Lesley Shilstone
Assistant General Manager for Women's Services

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Transcript

Joel? ILM, what does it stand for? [laugh] I can’t remember and I used to work in training!

My name is Lesley Shilstone, I’m the Assistant General Manager in Women Services at Guy’s and St Thomas’s. My role involves a whole heat of things, from managing staff, managing finances and a budget of nearly £40 million, and ensuring that we provide sufficient admin support services to clinical staff at Guy’s and St Thomas’s in the maternity department.

Each year we have nearly 7,000 women that have deliveries here at Guy’s and St Thomas’s, and a few more babies because some of them will have twins and some of them will have triplets, so about 7,000.

My role is definitely not sitting behind a desk all day. People think managers sit in offices behind desks – we don’t - in fact I’m probably only at my desk for maximum an hour a day. A lot of it is operational, running around the department, or going to meetings etc., to meet different people. And I think that’s probably why I like it; some of it is fire-fighting, some of it is solving issues as they arise, but some of it is more about long-term strategic planning, which is where we are trying to go as an organization, so we’re not fire-fighting all the time.

As with a large number of admin staff, I’ve been working at the organization for a long time. I started off as a clinic clerk receptionist. I quickly at that point loved: 1 – the organization, but 2 – looking after the patients as they came through. I never wanted to be a nurse or a doctor. I’m not very good with blood, so that was for me a great alternative: working in a hospital but in a non-clinical role.

No I don’t do blood at all – in fact, a lady didn’t get into the department when she decided to deliver. She delivered outside my office door, which used to be on this floor. Luckily there was a midwife with her, and I just shut the door! Because I can’t – no, no…

There is no point in coming into an organization like this if you don’t enjoy working in an organization like this. And it is so important that you enjoy the job, because that then gives you the values inside, if you don’t enjoy the job, you don’t have the values of the organization.

When you’re interviewing, just be yourself that’s what people want to see, don’t worry too much about the answers, particularly if you got no experience, be yourself and sell yourself. You’re not necessarily going to see that person again so if you say anything absolutely mad, it’s not a problem, but sell yourself, be committed, and enjoy the job, if you’re not enjoying the job, don’t do it because there is no point, you’re not going to give your full 100% to that job.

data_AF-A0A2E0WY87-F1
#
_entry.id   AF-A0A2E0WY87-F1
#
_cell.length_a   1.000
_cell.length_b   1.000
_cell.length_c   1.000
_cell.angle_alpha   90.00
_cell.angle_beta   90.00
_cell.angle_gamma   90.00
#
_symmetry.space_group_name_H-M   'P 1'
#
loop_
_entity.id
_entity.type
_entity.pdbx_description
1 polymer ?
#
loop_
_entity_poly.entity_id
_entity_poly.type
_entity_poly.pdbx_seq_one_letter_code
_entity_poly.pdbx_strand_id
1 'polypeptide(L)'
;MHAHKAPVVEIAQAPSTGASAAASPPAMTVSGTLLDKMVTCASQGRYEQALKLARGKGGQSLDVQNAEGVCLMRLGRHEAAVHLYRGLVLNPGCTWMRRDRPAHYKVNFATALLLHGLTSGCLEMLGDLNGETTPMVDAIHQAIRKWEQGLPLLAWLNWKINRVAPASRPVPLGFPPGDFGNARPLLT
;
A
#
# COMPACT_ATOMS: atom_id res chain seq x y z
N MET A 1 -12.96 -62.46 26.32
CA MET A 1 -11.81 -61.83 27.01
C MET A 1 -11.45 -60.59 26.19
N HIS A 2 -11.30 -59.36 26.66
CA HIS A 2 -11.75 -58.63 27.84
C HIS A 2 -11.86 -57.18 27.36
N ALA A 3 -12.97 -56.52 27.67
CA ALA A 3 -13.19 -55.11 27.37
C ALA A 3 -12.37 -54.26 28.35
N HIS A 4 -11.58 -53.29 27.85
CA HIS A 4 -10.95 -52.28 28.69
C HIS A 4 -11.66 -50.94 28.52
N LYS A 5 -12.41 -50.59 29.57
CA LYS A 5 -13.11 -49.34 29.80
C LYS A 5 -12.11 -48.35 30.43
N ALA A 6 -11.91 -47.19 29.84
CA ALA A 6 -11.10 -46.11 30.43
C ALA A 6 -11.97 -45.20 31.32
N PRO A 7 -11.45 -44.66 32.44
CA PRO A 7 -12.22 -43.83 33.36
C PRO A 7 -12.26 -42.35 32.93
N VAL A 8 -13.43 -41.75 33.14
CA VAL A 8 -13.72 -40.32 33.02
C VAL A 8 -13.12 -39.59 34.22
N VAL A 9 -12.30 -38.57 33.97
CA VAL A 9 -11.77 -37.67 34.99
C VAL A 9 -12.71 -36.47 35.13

I would love to be a footballer for West Ham United. I don’t think I’ll ever do that. If I could go back to doing one job that I enjoyed the most, I would love to go back in Oncology. Being a receptionist I had 3 clinics, I knew every single patient by their first name and often their partners as well, and it is the most enjoyable time, making sure that they were looked after in the right way, so if I could go back to any job, it would be being a receptionist in the Oncology department. I didn’t have a career plan, and as I’ve moved up, I’ve had to tailor my career to get to where I want to be, which is the role that I’m in now.

A few words from Lesley ...

I'm the Assistant General Manager for Women’s Services. As an operational manager, I'm responsible for the income, finances and running of the admin services for the directorate. I'm directly responsible for nearly 50 non-clinical staff across a number of services. The directorate currently receives a budget of £35 million, and I have to decide how and where it is spent across our services.

Exciting aspects of Lesley's job

I find it exciting to find new ways of generating income for Women’s Services, by making our systems more efficient. For example, by reviewing how we record the patient treatment we’re delivering, we've generated an additional £250,000 a year.

Working with patients to improve our services is incredibly rewarding. We have a patient liaison committee that informs the shape of our future service.

I enjoy meeting new people everyday, particularly alongside clinical staff. I'm seldom in my office and no day is ever the same.

Challenges

My biggest challenge is making sure we continue to provide an excellent service to our mums, whilst finding new ways to increase efficiency and reduce waste. With huge demands on my time, I also have to make sure that I prioritise what’s most important. Finally, as a manager with a huge department – around 300 people – it can be a challenge to disseminate information quickly, in a time of rapid change.

Grades needed
  • GCSEs Maths & English
  • Management qualification, for instance ILM
  • Degree or equivalent experience in a managerial role
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